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Peer effects in charitable giving: Evidence from the (running) fieldAbstract: There is a widespread belief that peer effects are important in charitable giving, but surprisingly little evidence on how donors respond to their peers. We analyse a unique dataset of donations to online fundraising pages to provide evidence on the direction and magnitude of peer effects – we find that a £10 increase in the mean of past donations increases giving by £3.50, on average. We also explore potential explanations for why peers matter. We find no evidence that donations provide a signal of charity quality, nor any role for fundraising targets. Our preferred explanation is that donors benchmark themselves against the distribution of donations from their peers. Length: 37 pages

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  • Sarah Smith
  • Frank Windmeijer
  • Edmund Wright

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File URL: http://www.bristol.ac.uk/cmpo/publications/papers/2012/wp290.pdf
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Paper provided by Department of Economics, University of Bristol, UK in its series The Centre for Market and Public Organisation with number 12/290.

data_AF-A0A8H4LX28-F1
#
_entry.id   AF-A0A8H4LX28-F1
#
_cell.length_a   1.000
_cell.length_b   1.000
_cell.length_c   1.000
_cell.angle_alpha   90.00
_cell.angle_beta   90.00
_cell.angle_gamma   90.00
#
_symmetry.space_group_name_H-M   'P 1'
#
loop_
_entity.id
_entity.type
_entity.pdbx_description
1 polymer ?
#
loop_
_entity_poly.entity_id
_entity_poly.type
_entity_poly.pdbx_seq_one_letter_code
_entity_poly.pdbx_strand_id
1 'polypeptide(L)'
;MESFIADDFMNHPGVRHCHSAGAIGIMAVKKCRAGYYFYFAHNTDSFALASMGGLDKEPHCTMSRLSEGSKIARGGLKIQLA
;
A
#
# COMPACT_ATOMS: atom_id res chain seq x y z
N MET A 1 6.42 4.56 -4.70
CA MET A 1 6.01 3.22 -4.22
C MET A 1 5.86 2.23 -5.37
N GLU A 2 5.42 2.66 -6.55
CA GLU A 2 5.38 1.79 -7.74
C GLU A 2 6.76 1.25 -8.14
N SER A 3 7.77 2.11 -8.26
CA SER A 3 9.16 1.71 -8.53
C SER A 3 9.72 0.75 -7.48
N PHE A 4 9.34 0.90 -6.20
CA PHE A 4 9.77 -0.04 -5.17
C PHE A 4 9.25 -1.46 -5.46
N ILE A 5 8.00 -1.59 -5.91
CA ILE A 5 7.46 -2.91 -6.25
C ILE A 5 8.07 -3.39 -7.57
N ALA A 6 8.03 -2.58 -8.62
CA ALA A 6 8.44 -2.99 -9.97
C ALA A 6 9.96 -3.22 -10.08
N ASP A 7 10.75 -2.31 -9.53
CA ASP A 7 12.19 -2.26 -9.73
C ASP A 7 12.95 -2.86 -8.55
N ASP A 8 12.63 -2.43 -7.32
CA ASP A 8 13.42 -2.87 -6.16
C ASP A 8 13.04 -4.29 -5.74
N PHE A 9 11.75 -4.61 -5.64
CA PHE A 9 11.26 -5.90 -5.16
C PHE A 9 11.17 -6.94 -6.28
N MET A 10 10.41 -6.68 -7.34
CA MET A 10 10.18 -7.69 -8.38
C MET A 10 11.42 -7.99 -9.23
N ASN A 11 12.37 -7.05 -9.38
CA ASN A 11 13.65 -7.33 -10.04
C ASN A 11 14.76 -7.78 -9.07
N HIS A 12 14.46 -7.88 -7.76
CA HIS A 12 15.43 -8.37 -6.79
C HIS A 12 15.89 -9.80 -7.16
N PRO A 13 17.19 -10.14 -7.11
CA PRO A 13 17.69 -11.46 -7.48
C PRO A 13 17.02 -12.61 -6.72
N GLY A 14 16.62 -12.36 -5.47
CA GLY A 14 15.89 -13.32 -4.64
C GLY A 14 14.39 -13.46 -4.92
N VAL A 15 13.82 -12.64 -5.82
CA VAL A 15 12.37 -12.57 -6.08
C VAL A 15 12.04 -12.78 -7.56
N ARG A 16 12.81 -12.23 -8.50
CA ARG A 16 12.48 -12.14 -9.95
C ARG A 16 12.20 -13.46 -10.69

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Handle: RePEc:bri:cmpowp:12/290

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Keywords: charitable giving; peer effects; donations Creation-Date: 2012-06;

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  1. Alpizar, Francisco & Carlsson, Fredrik & Johansson-Stenman, Olof, 2007. "Anonymity, Reciprocity, and Conformity: Evidence from Voluntary Contributions to a National Park in Costa Rica," Working Papers in Economics 245, University of Gothenburg, Department of Economics.
  2. Nickell, Stephen J, 1981. "Biases in Dynamic Models with Fixed Effects," Econometrica, Econometric Society, vol. 49(6), pages 1417-26, November.
  3. Bruce Sacerdote, 2000. "Peer Effects with Random Assignment: Results for Dartmouth Roommates," NBER Working Papers 7469, National Bureau of Economic Research, Inc.
  4. Warr, Peter G., 1982. "Pareto optimal redistribution and private charity," Journal of Public Economics, Elsevier, vol. 19(1), pages 131-138, October.
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